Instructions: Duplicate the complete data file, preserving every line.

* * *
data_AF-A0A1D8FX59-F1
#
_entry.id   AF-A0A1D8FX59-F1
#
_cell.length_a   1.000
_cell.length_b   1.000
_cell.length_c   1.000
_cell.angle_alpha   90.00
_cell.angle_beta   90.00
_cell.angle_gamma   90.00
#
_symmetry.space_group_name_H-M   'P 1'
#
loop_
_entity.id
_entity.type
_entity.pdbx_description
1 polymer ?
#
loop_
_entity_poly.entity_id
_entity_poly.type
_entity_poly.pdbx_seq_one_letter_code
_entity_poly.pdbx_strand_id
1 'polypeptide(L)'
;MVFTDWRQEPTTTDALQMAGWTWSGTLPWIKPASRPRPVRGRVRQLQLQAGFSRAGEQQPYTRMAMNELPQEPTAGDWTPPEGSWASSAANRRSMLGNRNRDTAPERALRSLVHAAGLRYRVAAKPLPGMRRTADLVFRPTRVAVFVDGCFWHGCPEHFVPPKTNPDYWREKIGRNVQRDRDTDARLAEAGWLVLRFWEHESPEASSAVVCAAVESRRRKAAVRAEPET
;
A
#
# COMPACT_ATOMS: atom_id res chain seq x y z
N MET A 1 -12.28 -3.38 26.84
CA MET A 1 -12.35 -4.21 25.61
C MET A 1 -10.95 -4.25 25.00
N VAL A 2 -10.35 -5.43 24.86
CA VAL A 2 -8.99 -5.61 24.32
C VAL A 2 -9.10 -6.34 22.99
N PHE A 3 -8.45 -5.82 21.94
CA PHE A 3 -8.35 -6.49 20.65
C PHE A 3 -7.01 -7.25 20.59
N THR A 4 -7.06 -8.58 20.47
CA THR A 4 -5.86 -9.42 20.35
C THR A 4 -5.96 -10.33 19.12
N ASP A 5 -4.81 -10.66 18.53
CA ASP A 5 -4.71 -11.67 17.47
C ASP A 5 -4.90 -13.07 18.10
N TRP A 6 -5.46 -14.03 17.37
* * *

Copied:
data_AF-A0A1D8FX59-F1
#
_entry.id   AF-A0A1D8FX59-F1
#
_cell.length_a   1.000
_cell.length_b   1.000
_cell.length_c   1.000
_cell.angle_alpha   90.00
_cell.angle_beta   90.00
_cell.angle_gamma   90.00
#
_symmetry.space_group_name_H-M   'P 1'
#
loop_
_entity.id
_entity.type
_entity.pdbx_description
1 polymer ?
#
loop_
_entity_poly.entity_id
_entity_poly.type
_entity_poly.pdbx_seq_one_letter_code
_entity_poly.pdbx_strand_id
1 'polypeptide(L)'
;MVFTDWRQEPTTTDALQMAGWTWSGTLPWIKPASRPRPVRGRVRQLQLQAGFSRAGEQQPYTRMAMNELPQEPTAGDWTPPEGSWASSAANRRSMLGNRNRDTAPERALRSLVHAAGLRYRVAAKPLPGMRRTADLVFRPTRVAVFVDGCFWHGCPEHFVPPKTNPDYWREKIGRNVQRDRDTDARLAEAGWLVLRFWEHESPEASSAVVCAAVESRRRKAAVRAEPET
;
A
#
# COMPACT_ATOMS: atom_id res chain seq x y z
N MET A 1 -12.28 -3.38 26.84
CA MET A 1 -12.35 -4.21 25.61
C MET A 1 -10.95 -4.25 25.00
N VAL A 2 -10.35 -5.43 24.86
CA VAL A 2 -8.99 -5.61 24.32
C VAL A 2 -9.10 -6.34 22.99
N PHE A 3 -8.45 -5.82 21.94
CA PHE A 3 -8.35 -6.49 20.65
C PHE A 3 -7.01 -7.25 20.59
N THR A 4 -7.06 -8.58 20.47
CA THR A 4 -5.86 -9.42 20.35
C THR A 4 -5.96 -10.33 19.12
N ASP A 5 -4.81 -10.66 18.53
CA ASP A 5 -4.71 -11.67 17.47
C ASP A 5 -4.90 -13.07 18.10
N TRP A 6 -5.46 -14.03 17.37